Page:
All the films from all the editions, including those subsequently removed, presently totalling 1167. An easy way of seeing how…
Run Lola Run
Every second of every day you're faced with a decision that can change your life.
Lola receives a phone call from her boyfriend Manny. He lost 100,000 DM in a subway train that belongs to a very bad guy. She has 20 minutes to raise this amount and meet Manny. Otherwise, he will rob a store to get the money. Three different alternatives may happen depending on some minor event along Lola's run.
Decades Project: 2/9 of the 90's
"The ball is round, a game lasts 90 minutes, everything else is pure theory. Off we go!"
Manni, a small-time criminal, finally gets the big-time job that means he's beginning to gain his boss's trust. This is the test to see if he's worthy. And he screwed it up. He lost the money. So now it's up to his loyal girlfriend Lola to get him out of the mess he's created. And she just might be badass enough to pull it off. But when her first attempt fails and she finds herself shot and bleeding to death, she pulls herself back through time to try again. And this time she won't give up so…
How this film plays itself is the same way how you play a video game. You have to reach a goal point in a limited time. You start the game, overcome each n every obstacle, almost make it to the final mark but either the time is over or you're dead. So what do you do when it's already game-over? You restart. And continue doing that until you finally make it through. And that's exactly how the events depicted in Run Lola Run unfold.
Presenting 3 different alternatives of a single event, Run Lola Run begins with Lola receiving a phone call from her boyfriend Manny who lost 100,000 Deutschmark which belongs to a mobster he was working for. Lola…
Video game existentialism set to a pumping house soundtrack, would be one way to describe this non-stop adrenalin rush. Music videos in the 90's became increasingly influential in the style used by directors aiming at a younger audience. Run Lola Run is one of the few films that packaged together visual inventiveness with some food for thought.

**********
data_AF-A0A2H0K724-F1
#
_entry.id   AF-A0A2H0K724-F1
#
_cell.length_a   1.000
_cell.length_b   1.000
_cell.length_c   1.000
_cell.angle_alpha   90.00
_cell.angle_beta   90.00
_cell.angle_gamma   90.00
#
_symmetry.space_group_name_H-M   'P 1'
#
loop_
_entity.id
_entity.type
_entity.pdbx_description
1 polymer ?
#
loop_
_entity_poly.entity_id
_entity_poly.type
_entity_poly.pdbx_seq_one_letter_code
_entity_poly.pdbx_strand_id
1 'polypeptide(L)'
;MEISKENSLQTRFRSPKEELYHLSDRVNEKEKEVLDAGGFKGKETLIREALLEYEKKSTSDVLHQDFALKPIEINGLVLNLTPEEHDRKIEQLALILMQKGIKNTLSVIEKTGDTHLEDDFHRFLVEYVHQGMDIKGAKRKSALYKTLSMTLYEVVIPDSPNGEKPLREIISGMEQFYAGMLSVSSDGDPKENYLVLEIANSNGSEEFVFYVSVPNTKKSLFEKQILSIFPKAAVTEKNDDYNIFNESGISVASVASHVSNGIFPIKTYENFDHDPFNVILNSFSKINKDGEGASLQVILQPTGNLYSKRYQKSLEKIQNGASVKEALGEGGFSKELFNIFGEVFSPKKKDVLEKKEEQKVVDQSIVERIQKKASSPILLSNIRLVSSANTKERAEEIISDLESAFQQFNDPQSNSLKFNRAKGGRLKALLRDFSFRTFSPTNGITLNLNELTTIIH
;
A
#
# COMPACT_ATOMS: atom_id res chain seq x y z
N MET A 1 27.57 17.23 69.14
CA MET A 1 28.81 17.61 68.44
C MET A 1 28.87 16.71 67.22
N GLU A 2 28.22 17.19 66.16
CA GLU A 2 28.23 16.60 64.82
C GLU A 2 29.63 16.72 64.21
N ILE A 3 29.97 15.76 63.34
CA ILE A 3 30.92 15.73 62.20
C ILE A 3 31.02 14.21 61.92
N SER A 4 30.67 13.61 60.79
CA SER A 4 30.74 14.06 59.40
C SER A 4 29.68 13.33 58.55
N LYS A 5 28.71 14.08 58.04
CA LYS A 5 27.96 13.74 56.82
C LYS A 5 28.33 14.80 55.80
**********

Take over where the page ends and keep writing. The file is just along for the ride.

Everyone has their own take on fate and pre-determined outcomes and Lola definitely has hers. Her self-belief stands out as fiercely as the red flame hair that holds our attention on the screen, a female Sonic the Hedgehog burning through the streets of Berlin controlling multiple lives.
The interesting thing is that we leave the film knowing very little about her life outside…
Chaos Theory stipulates that all dynamic systems are deterministic, which means that a system can be significantly affected by small changes in its component variables. However, these deterministic systems are, as the name implies, already determined by the nature of their initial conditions. That is, a system has an infinite number of theoretical possible conclusions, but the same origin. These drastic repercussions caused by small variables in a dynamic system is also known as Butterfly Effect.
The Butterfly Effect is reminiscent of Chaos Theory. The assumption is given with a theoretical example where the physical patterns involved in a butterfly flapping its wings can subsequently cause a hurricane in another geographical location several weeks later. How? The "initial conditions" are…
Run Lola Run is just like playing a videogame. It was only a matter of time until someone decided to make a film like this, a videogame-esque film where the protagonist of the picture is the main character of an eletronic game and, as in a videogame, she'll often face defeat and her game will be over, but she'll always have the chance to try again, and Lola just takes advantage of that chance, even if she only has twenty minutes to complete her task.